As a result they might decide - what's the point and stick with their DVDs. Of course the younger generation is clueless and only cares about the immediate future. Little do they even realize film won't last if it is not maintained. If you support crap that's all they'll offer - why go the extra distance if you don't have too







    (I happen to think "In Cold Blood" is an excellent film, but I do know it is not a strong seller in the overall classic catalog)
     
  8. Ransom Stoddard

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    Considering I much, much, much prefer the 1938 version and I would rather slam my hand in a car door than watch The Hangover I rebuke all accusations of being a modern simpleton. :P
    Maybe if they released great Hepburn movies like Roman Holiday and Sabrina and not the mediocre ones like My Fair Lady and Breakfast at Tiffany's more people would be interested? :P
    The fact is a format success will be down to new releases.
    And from these charts it's clear that Blu-ray is pounding DVD in terms of both units sold and revenue:
    http://www.the-numbers.com/dvd/charts/weekly/thisweek.php
    http://www.the-numbers.com/weekly-bluray-sales-chart
    Clearly DVD is not the way to go anymore.
    As for downloads I don't know the figures but I don't anyone who downloads movies with any great frequency, and I know that downloading a 10GB for every movie I want to watch would kill my Internet.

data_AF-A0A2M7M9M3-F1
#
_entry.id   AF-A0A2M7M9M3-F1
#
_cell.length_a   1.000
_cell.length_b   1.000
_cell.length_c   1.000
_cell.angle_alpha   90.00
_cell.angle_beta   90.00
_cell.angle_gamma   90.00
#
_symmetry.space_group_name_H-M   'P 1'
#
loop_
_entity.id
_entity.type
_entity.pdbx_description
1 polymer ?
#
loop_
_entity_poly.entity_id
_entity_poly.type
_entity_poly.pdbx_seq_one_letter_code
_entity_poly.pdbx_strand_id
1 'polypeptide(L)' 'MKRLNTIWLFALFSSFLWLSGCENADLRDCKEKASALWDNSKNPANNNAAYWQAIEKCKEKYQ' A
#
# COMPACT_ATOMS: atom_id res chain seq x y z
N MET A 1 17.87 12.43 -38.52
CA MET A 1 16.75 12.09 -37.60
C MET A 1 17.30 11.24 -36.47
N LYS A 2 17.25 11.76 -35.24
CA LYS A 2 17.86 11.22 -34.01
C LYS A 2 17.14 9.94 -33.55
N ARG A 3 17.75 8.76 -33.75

9. GMpasqua

    GMpasqua Screenwriter

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    "My Fair Lady" and "Brealfast at Tiffany's" are Hepburns most popluar films

    You are entitled to your opinon, but honestly the world seem to disagree with you

    Why are you even reading this thread is you don't like the movie?

    a modern simpleton
     
  10. Mike Frezon

    Mike Frezon Moderator
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    Thank you for the explanation, Robert.

    I understand your point that from your insider's perspective the lack of care given this film for its Blu-ray presentation is an indicator that we may be seeing the beginning of the end for quality Blu-ray treatment of catalog titles (if I've understood you correctly).

    But I guess what I want to know is if the PQ of My Fair Lady on blu is significantly better than the PQ of the last DVD? It must be, right? I would suspect there are scenes of revelatory detail and beauty which would make fans of the film quite pleased. And you said in your OP that the audio is "very good."

    I believe Blu-ray is quite definitely a format for the general public--something of which I'm reminded more and more often as I find myself in media retailers and general retailers and continue to see Blu-ray sections get larger and larger and the groups of people viewing those sections getting more and more plentiful (much like what I remember when DVD usurped VHS). Product prices (both software and hardware) continue to become more affordable for the general public creating a greater accessibility and the "Joe Six-Pack" cited often around this board of enthusiasts has seemed to realize that his new, big flat screen display is capable of putting out a lovely image.

    As an enthusiast, I wish upon wish that I could read here that someone with your expertise and knowledge was thrilled with the treatment given this film, but maybe I fall more into this category you describe: